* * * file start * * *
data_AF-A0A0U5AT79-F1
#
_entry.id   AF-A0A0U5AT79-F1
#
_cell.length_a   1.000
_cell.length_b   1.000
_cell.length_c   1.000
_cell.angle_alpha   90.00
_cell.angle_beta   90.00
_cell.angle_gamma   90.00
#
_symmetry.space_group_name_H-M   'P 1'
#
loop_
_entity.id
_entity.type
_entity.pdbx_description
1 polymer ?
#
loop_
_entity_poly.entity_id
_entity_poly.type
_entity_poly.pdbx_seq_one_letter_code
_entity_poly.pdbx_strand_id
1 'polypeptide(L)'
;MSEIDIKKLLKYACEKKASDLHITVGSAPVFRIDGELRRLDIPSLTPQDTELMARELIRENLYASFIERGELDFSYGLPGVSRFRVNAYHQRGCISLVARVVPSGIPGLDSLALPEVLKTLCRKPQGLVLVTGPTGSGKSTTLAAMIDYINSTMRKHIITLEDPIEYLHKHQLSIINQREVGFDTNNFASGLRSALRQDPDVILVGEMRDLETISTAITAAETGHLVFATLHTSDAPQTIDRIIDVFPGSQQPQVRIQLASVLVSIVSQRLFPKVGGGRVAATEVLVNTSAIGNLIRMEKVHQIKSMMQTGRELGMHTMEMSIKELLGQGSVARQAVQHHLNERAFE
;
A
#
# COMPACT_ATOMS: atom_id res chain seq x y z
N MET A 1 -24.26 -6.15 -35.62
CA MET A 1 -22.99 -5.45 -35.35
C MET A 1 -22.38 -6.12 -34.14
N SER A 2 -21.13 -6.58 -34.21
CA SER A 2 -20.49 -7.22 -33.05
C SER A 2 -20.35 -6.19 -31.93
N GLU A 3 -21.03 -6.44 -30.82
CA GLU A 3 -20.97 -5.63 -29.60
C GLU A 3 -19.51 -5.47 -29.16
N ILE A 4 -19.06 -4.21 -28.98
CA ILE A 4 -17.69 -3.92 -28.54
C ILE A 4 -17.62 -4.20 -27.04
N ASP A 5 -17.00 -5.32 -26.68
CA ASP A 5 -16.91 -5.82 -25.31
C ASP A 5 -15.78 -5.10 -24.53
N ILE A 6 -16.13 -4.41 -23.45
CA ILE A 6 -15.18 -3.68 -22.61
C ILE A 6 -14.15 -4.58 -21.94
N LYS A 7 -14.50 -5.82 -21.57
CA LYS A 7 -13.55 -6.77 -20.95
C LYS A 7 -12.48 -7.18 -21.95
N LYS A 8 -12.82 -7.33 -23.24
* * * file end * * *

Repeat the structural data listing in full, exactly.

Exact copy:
data_AF-A0A0U5AT79-F1
#
_entry.id   AF-A0A0U5AT79-F1
#
_cell.length_a   1.000
_cell.length_b   1.000
_cell.length_c   1.000
_cell.angle_alpha   90.00
_cell.angle_beta   90.00
_cell.angle_gamma   90.00
#
_symmetry.space_group_name_H-M   'P 1'
#
loop_
_entity.id
_entity.type
_entity.pdbx_description
1 polymer ?
#
loop_
_entity_poly.entity_id
_entity_poly.type
_entity_poly.pdbx_seq_one_letter_code
_entity_poly.pdbx_strand_id
1 'polypeptide(L)'
;MSEIDIKKLLKYACEKKASDLHITVGSAPVFRIDGELRRLDIPSLTPQDTELMARELIRENLYASFIERGELDFSYGLPGVSRFRVNAYHQRGCISLVARVVPSGIPGLDSLALPEVLKTLCRKPQGLVLVTGPTGSGKSTTLAAMIDYINSTMRKHIITLEDPIEYLHKHQLSIINQREVGFDTNNFASGLRSALRQDPDVILVGEMRDLETISTAITAAETGHLVFATLHTSDAPQTIDRIIDVFPGSQQPQVRIQLASVLVSIVSQRLFPKVGGGRVAATEVLVNTSAIGNLIRMEKVHQIKSMMQTGRELGMHTMEMSIKELLGQGSVARQAVQHHLNERAFE
;
A
#
# COMPACT_ATOMS: atom_id res chain seq x y z
N MET A 1 -24.26 -6.15 -35.62
CA MET A 1 -22.99 -5.45 -35.35
C MET A 1 -22.38 -6.12 -34.14
N SER A 2 -21.13 -6.58 -34.21
CA SER A 2 -20.49 -7.22 -33.05
C SER A 2 -20.35 -6.19 -31.93
N GLU A 3 -21.03 -6.44 -30.82
CA GLU A 3 -20.97 -5.63 -29.60
C GLU A 3 -19.51 -5.47 -29.16
N ILE A 4 -19.06 -4.21 -28.98
CA ILE A 4 -17.69 -3.92 -28.54
C ILE A 4 -17.62 -4.20 -27.04
N ASP A 5 -17.00 -5.32 -26.68
CA ASP A 5 -16.91 -5.82 -25.31
C ASP A 5 -15.78 -5.10 -24.53
N ILE A 6 -16.13 -4.41 -23.45
CA ILE A 6 -15.18 -3.68 -22.61
C ILE A 6 -14.15 -4.58 -21.94
N LYS A 7 -14.50 -5.82 -21.57
CA LYS A 7 -13.55 -6.77 -20.95
C LYS A 7 -12.48 -7.18 -21.95
N LYS A 8 -12.82 -7.33 -23.24